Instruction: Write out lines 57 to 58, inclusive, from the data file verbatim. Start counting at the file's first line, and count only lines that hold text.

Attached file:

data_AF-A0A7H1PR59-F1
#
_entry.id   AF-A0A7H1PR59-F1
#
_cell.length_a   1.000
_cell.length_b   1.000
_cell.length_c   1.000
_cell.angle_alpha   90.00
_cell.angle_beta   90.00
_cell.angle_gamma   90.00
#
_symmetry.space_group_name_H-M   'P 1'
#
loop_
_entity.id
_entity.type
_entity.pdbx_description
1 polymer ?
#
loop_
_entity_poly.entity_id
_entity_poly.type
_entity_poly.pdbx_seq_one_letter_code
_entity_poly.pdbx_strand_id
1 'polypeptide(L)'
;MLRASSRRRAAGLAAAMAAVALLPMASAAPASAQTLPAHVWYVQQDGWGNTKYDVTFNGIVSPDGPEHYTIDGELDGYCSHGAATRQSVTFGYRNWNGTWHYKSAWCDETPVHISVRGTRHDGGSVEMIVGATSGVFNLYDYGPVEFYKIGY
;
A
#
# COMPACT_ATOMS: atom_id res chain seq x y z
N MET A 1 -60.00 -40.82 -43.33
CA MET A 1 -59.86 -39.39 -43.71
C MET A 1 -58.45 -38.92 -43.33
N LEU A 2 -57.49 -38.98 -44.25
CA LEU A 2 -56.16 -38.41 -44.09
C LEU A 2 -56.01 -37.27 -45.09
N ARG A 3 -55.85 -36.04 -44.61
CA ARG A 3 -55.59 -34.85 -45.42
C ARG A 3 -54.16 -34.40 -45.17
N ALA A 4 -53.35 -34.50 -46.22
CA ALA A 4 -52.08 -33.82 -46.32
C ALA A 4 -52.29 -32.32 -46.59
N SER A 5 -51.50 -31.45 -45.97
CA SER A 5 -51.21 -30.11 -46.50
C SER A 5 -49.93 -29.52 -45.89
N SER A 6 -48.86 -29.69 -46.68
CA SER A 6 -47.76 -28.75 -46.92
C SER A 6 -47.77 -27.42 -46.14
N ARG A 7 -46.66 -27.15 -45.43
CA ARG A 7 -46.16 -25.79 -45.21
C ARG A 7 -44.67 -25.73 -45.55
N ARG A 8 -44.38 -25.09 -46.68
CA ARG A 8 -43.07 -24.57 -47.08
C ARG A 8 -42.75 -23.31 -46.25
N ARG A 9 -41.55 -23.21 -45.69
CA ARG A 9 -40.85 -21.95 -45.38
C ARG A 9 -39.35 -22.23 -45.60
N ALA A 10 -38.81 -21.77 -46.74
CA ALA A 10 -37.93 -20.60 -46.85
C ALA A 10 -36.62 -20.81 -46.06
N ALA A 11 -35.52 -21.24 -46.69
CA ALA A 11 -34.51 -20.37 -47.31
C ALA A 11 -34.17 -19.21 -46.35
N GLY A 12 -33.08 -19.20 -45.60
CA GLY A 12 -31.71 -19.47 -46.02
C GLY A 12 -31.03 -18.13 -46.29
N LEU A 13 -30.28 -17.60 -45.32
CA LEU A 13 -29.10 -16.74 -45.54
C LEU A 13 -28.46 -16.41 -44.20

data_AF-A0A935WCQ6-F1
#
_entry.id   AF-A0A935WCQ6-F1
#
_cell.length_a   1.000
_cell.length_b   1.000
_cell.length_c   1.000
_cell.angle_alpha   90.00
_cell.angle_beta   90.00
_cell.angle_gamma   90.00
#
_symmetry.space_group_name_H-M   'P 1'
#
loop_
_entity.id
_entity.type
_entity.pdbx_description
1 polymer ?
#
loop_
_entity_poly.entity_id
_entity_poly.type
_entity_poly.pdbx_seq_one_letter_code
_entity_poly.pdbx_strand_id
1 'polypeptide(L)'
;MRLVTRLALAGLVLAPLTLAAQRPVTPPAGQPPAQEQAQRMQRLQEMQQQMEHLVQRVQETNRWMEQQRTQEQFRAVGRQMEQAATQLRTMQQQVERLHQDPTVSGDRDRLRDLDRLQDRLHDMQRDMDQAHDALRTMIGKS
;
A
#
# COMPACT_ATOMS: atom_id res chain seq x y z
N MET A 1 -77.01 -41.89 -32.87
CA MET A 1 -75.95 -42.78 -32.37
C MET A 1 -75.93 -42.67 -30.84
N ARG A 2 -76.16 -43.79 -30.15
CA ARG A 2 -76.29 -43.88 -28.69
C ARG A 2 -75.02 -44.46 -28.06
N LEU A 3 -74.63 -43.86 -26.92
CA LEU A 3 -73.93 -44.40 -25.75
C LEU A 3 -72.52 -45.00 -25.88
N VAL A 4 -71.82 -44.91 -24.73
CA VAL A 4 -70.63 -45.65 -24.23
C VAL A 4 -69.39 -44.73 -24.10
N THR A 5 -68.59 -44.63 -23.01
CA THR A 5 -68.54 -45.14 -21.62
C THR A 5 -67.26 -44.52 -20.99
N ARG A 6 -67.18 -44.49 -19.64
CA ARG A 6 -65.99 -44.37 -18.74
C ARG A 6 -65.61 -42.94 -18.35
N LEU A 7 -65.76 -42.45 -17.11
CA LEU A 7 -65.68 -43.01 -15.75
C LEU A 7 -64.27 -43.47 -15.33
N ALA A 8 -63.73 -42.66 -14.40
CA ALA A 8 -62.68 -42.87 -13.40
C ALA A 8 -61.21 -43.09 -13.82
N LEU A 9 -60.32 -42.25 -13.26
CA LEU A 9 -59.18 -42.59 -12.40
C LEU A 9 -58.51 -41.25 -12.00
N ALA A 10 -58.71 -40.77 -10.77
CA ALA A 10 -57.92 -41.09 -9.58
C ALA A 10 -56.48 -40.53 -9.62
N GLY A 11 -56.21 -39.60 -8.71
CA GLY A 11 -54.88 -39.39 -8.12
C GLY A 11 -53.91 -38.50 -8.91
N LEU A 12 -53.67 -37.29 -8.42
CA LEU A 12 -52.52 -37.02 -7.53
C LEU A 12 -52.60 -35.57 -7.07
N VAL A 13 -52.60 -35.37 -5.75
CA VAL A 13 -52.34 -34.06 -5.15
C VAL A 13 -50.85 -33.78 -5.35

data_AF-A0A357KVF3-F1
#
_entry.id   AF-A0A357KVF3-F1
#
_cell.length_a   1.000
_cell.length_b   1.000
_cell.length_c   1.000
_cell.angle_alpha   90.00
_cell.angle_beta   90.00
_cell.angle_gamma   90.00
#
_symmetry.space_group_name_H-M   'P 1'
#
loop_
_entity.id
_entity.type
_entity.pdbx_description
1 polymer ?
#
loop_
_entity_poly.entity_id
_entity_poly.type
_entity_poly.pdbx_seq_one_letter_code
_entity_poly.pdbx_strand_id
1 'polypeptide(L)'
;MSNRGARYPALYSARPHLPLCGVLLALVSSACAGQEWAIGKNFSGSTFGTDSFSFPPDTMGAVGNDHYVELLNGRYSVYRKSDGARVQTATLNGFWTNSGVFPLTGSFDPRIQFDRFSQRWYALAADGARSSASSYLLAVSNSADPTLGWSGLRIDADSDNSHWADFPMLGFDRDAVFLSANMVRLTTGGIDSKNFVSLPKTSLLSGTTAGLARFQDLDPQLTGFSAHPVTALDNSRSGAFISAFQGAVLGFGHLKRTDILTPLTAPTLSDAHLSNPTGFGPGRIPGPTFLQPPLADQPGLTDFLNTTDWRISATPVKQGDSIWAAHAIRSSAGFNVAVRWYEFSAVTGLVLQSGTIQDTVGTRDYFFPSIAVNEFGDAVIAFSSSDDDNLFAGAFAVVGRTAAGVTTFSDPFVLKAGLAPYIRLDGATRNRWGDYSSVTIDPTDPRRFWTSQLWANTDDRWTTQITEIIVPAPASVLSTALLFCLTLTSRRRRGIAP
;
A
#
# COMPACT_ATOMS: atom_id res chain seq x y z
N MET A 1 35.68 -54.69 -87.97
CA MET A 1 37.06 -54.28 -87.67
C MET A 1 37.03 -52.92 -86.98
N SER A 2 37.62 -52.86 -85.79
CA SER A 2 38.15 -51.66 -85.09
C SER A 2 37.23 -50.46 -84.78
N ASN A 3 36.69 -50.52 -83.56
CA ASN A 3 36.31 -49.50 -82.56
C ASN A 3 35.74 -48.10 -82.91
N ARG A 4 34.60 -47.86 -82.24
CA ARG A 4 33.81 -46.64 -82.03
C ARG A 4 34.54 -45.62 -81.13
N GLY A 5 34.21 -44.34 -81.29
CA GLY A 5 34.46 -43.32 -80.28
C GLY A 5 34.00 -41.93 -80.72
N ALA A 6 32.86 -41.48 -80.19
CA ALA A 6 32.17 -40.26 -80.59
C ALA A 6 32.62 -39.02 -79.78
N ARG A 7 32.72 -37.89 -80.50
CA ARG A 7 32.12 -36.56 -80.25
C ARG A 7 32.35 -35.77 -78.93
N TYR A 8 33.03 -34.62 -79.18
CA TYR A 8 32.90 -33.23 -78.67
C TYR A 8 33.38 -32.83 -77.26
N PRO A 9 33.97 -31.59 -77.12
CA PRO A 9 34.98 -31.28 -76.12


C ARG A 9 -39.35 -22.23 -45.60
N ALA A 10 -38.81 -21.77 -46.74